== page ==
The success of Dhrampala at Kannauj was a challenge to the Pratiharas. However, Vatsraja died in 805 A.D. He was succeeded by his son Nagabhatta II. Nagabhatta II revived the glory of his empire and. after consolidating his power in nearby territories, attacked Kannauj. He defeated Chakrayudh and captured Kannauj. He also attacked Dharmapala, defeated him as well and succeeded in entering in his territory up to Munger in Bihar.

But, Nagabhatta II too could not enjoy his fortune for long. The then Rashtrakuta ruler, Govinda III was also an ambitious and capable ruler and had inherited enmity with the Pratiharas. Besides he, probably was invited by Chakrayudh and Dharmapala to the North who sought his help against Nagabhatta II. Govinda III, therefore, attacked north India.

Chakrayudh and Dharmpala accepted his suzerainty without fighting and Kannauj was taken over by Govinda III But Nagabhatta II gave him a battle somewhere in Bundelkhand in 809-810 A.D. Nagabhatta II was defeated. But Govinda III also could not stay in north India and soon retired to the South.


It again left free the Pratiharas and the Palas to contest against each other for capturing Kannauj. Both Nagabhatta II and Dharmapala consolidated their respective powers. However, no battle took place between the two. Probably, Kannauj was occupied by Nagabhatta II.

Dharmpala was succeeded by Devapala (810-850 A.D.) in Bengal. He renewed the contest against the Pratiharas. Devapala forced Nagabhatta II to withdraw back. He established his supremacy in north India and also defeated the new Pratihara ruler. Mihirbhoja (836-885 A.D ). However, the successors of Devapala proved weak and. though the power of the Palas was once more revived by Mahipala I (988-1038 A.D.), yet, they could not pose to be challengers to the Pratiharas after the rule of Devapala.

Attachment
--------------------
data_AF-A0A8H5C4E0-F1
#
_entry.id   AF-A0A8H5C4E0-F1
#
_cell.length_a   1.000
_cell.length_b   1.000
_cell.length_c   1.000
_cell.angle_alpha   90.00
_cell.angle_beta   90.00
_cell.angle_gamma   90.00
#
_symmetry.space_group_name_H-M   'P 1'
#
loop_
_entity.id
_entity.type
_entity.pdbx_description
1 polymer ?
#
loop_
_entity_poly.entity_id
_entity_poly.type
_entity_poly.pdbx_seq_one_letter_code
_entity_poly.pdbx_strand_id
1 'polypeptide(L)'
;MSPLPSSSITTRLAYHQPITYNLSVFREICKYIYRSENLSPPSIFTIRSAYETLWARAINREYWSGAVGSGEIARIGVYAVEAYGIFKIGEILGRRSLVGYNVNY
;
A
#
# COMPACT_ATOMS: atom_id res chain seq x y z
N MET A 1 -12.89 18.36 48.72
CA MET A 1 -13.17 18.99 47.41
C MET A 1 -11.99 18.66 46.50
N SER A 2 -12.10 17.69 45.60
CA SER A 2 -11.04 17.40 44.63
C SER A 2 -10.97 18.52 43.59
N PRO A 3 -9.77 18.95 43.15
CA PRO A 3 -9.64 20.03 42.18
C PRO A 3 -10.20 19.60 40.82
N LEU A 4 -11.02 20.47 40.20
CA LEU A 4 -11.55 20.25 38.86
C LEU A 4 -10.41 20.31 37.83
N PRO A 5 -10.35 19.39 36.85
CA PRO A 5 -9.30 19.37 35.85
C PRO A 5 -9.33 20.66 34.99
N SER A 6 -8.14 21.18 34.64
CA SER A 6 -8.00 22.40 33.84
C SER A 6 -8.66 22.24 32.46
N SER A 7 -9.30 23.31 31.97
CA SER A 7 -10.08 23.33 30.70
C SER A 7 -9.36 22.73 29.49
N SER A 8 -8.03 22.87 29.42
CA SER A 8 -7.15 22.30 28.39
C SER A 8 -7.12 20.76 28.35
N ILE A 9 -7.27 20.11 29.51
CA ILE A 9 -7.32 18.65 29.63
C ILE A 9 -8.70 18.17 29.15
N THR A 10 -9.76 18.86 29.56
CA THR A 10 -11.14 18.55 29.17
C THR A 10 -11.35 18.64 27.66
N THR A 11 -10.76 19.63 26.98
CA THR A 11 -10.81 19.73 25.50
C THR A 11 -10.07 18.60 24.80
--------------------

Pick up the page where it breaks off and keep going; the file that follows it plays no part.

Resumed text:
The Pratihara ruler Mihirabhoja succeeded not only in capturing Kannauj but, probably, Bihar also. Mihirabhoja tried to penetrate in the South also and therefore, fought against the Rashtrakuta ruler. Krishna II twice. First time, he succeeded against Krishna II but next time, was defeated. Yet, Mihirabhoja succeeded in creating an extensive empire in the North.

The Rashtrakuta ruler, Indra III also attacked north India sometime between 915-918 A.D., defeated the Pratihara ruler Mahipala and looted Kannauj. But, again the Rashtrakutas withdrew to south India and their success proved short­-lived. The Pratiharas again regained pre-eminence in north India. Thus, in this tripartite contest between the Pratiharas, Palas and Rashtrakutas for the suzerainty over Kannauj and capture of Ganges Valley, the Pratiharas were victorious.

But the final impact of this contest went against the interest of India. It limited the power of the Palas in Bengal alone while the power of the Pratiharas and the Rashtrakutas was weakened.

Thus, by the beginning of the 10th century, all the three powers were practically broken down which resulted in fragmentation of India in many states. Besides, no Indian dynasty after the Pratiharas attempted to unite even north India which paved way for the successful attacks of Mahmud of Ghazni on India in the 11th century.